Boom, Crisis or Austerity – or all three

by Michael on 1 July, 2014

Gone are the days when I ran a large company and used Arthur Anderson as our accountants, and had lunch in their boardroom, and had access to large company information. Gone too is Arthur Anderson. For a small company, one of the huge benefits of association membership is the information you get access to. So a month or more ago, as a Fellow of the Institute of Direct Marketing, it was off to a seminar at Deloittes for a session on growth in a post-recession economy. The two speakers were from Deloittes and The Trajectory Partnership, and the main content was based around some recent research by Deloittes.

Investment is rising. Companies with £1 billion plus turnover will invest £200 billion in growth in 2015, and generate £486 billion from foreign markets. Most won’t use cash piles to finance this, but will use cash flow and borrowing with interest rates so low. The big activity areas in 2014 are Healthcare and Pharmaceuticals (maybe not now with Pfizer withdrawing its offer for Astra Zeneca) but 2015 will be Energy and Financial Services – but the really big growth will be in companies that are properly and effectively digitally enabled.

Growth is expected to be 56% organic and 44% M&A, but this will fluctuate widely depending on the country of growth. Developed countries will be predominantly organic; less developed, high growth economies will be more M&A. And the main driver will be the ambition and culture of a company to get it done. Pete Drucker once said “Culture eats strategy for breakfast” and this was adopted by Ford as its mantra and that underpinned its renaissance.

So the overall take at a macro level is that things are improving rapidly and the rate of improvement will increase.

At the consumer level though, there is much more of a curate’s egg. Globally, there are 2.8 billion people earning $2-10 per day who are defined as middle class in their countries, and a further 2 billion earning less than $2 per day. So the expectations of consumer driven booms in export markets to “middle classes” may be a bit overblown. And the birth rate in Asia is falling to a replacement level so there won’t be anything like the population growth of the last 40 years, except maybe through longevity.

There are 3 different scenarios for the UK economy:

  1. We are heading for boom times, automotive sales are vastly up and jobless claimants are down.
  2. There’s a cost of living crisis, with energy costs rising, pension rip offs and static wages.
  3. Seven more years of austerity, 144,000 more public sector jobs to go, more council budget cuts.

All are true in different sectors. The downturn has been nearly as deep as the 1930’s and has lasted a lot longer. There is a growth variation by region between 1.6% and 2.7%, but by individual areas it’s between zero and 3.0% or more. Some of this is quite localised, so for example Leeds is growing more quickly than West Yorkshire as a whole; Harrogate is growing more quickly than Richmond; Kensington & Chelsea is growing more quickly than Lewisham. In other words it’s very patchy and that leads to different attitude changes by area beyond political persuasions. Most people still feel worse off than pre-recession, and only a third think we are over the downturn. Most hope there are better times to come in the medium term. But all this has led to a new morality, with less social responsibility and more about “me”. 27% of consumers are defined as compromised and lacking in any confidence about the future.  Some are doing fine just now and see things improving, others believe 2015 will be better.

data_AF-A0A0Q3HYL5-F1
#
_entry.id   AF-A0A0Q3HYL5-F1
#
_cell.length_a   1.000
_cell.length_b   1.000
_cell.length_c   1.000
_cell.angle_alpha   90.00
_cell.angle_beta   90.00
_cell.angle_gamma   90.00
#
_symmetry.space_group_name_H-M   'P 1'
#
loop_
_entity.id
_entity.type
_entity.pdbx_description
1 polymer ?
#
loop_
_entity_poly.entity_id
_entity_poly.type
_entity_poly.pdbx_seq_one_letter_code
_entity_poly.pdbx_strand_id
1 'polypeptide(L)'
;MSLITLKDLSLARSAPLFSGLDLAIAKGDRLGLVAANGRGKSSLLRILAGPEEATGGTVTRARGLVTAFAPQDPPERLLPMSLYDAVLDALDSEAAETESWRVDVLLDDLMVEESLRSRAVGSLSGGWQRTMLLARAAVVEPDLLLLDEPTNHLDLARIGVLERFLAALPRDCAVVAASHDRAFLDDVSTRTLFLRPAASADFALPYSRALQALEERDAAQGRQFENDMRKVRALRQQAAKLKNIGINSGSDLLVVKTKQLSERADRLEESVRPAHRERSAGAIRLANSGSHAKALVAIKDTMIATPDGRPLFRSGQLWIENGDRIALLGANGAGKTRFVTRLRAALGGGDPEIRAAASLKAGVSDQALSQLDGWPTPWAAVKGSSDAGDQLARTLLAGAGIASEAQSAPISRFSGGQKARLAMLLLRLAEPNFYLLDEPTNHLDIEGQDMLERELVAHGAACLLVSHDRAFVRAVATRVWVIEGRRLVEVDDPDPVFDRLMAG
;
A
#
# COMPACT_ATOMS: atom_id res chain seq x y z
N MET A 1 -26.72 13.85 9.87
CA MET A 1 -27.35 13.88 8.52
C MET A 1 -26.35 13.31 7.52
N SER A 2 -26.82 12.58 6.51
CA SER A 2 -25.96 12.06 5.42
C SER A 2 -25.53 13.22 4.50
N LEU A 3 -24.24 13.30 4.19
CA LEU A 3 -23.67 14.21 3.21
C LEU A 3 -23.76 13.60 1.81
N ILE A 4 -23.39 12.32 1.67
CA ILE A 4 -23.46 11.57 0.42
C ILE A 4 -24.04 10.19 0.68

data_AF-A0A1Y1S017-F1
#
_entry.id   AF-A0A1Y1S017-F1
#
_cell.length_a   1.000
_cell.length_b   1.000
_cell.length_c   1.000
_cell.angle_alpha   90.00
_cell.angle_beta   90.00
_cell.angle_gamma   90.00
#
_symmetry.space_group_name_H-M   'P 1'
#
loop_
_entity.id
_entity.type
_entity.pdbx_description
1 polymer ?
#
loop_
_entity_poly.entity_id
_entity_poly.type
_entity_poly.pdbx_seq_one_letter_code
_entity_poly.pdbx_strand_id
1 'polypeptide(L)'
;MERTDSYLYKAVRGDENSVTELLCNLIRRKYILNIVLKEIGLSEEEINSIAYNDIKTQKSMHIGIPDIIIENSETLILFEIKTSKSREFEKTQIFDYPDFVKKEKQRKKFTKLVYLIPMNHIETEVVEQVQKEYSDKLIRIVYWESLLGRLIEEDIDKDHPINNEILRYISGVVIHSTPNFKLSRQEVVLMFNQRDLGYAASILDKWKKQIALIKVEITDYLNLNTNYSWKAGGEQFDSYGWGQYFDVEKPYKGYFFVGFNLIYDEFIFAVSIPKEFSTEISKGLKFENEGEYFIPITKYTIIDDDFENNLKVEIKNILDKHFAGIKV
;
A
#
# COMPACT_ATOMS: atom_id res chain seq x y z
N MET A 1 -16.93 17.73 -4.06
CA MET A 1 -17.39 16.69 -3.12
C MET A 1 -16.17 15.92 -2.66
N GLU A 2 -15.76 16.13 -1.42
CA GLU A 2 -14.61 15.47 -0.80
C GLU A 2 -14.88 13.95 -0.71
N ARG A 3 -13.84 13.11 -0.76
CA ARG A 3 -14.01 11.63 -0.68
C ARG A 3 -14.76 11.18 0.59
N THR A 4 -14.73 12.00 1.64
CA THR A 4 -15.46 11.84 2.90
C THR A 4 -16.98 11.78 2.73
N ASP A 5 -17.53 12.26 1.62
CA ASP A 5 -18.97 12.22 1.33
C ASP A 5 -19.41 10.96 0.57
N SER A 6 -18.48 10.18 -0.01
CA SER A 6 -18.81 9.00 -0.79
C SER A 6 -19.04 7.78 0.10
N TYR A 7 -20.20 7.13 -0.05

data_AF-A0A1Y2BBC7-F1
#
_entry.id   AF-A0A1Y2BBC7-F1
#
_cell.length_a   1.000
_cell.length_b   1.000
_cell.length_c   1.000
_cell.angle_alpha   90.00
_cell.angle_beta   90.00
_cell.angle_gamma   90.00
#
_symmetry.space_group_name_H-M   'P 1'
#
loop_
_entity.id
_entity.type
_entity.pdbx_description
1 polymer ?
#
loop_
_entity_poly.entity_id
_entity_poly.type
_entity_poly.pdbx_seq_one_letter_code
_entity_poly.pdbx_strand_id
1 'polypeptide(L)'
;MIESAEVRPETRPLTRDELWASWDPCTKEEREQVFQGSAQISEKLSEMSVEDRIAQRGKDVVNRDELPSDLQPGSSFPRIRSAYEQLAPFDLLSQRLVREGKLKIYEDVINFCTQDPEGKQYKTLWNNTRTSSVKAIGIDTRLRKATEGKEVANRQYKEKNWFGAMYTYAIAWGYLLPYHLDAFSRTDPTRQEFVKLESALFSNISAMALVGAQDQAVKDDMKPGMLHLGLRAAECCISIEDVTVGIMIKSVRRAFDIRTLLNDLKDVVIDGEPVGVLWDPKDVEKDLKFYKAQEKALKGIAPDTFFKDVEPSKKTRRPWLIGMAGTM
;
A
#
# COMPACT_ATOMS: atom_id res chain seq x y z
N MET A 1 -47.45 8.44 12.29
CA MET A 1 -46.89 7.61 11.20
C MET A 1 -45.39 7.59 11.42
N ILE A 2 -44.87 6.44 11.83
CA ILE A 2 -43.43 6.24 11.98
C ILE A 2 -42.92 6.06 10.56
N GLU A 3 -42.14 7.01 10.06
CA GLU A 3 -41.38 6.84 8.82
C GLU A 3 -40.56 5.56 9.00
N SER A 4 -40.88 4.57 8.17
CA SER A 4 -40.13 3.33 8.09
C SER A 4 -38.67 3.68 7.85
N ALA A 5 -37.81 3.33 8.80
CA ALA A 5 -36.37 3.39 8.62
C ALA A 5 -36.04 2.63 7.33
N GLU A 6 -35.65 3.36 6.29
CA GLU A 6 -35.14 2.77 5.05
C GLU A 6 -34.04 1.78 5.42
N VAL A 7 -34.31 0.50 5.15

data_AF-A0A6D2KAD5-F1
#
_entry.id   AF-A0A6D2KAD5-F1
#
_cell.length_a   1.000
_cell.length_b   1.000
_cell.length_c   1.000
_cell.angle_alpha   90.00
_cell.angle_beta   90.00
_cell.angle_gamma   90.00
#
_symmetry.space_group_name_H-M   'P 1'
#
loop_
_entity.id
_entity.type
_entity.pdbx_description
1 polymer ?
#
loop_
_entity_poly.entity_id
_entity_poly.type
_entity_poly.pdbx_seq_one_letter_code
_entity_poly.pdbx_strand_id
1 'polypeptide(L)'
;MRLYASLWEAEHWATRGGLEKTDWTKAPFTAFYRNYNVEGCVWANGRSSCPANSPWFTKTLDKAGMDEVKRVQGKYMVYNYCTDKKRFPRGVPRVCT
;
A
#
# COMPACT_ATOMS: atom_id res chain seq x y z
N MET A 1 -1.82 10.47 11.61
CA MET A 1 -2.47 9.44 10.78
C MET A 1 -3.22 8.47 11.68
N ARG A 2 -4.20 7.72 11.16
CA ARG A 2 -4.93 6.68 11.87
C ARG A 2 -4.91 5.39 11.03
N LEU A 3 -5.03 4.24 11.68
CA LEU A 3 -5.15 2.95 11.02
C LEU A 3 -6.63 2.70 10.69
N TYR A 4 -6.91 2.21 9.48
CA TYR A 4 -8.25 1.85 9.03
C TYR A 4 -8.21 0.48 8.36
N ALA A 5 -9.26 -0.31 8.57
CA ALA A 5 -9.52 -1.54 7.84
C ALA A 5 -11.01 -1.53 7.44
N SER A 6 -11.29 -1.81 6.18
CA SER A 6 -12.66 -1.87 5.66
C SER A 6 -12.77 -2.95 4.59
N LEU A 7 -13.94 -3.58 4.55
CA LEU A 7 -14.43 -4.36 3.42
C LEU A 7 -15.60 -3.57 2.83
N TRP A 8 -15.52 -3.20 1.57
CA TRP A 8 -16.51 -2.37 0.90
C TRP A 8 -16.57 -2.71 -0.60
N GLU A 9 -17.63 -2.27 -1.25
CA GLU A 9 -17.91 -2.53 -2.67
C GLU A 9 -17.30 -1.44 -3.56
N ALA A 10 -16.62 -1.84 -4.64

The recent elections at both local and European levels may be seen in this context, but that’s not the purpose of this article. It’s more to do with how it affects marketing and particularly direct marketing. And for the next year, it looks as if B2B should strengthen as all that investment filters down the supply chain. It takes a while, but it’s already started and the pace of growth is surprising most people month on month.

We don’t have a £1 billion turnover. So where do we come in? Big businesses are now positively developing their value chain, so their growth will benefit suppliers more positively than in the past (this excludes Halfords’ request for 10% rebates on turnover from all suppliers, but that seems to be the exception not the rule).

For consumer marketing, it was always a case of the haves and have nots, but there appear to be more in between stages now than there ever have been and confidence and attitudes overriding all in a post recessionary phase, probably to the end of 2015 and beyond. This makes the timing of the UK 2015 general election very interesting, although again, this isn’t about politics.

What is clear is that consumer marketing into areas with good growth and avoiding areas with low growth makes more sense than ever before because of changing attitudes and levels of optimism. It is interesting that the 2 major lifestyle profiling companies have recently re-launched their profiling systems – Experian with Mosaic and Call Credit with Cameo. This isn’t a plug for one over the other, although I did attend the Cameo launch a few weeks ago.  But both now have more sophisticated analysis and differentiation, more inputs and links to other data sources. For example, Cameo has input from YouGov, which may be best known for political polling, but I believe also does a lot of attitudinal work. I will be looking at how to break this down at a town/city level given the information above on growth and attitude, before applying standard profiling to areas. Put simply, there have to be lessons for both targeting and creative treatments in this – I just need a client or two to come along with me!

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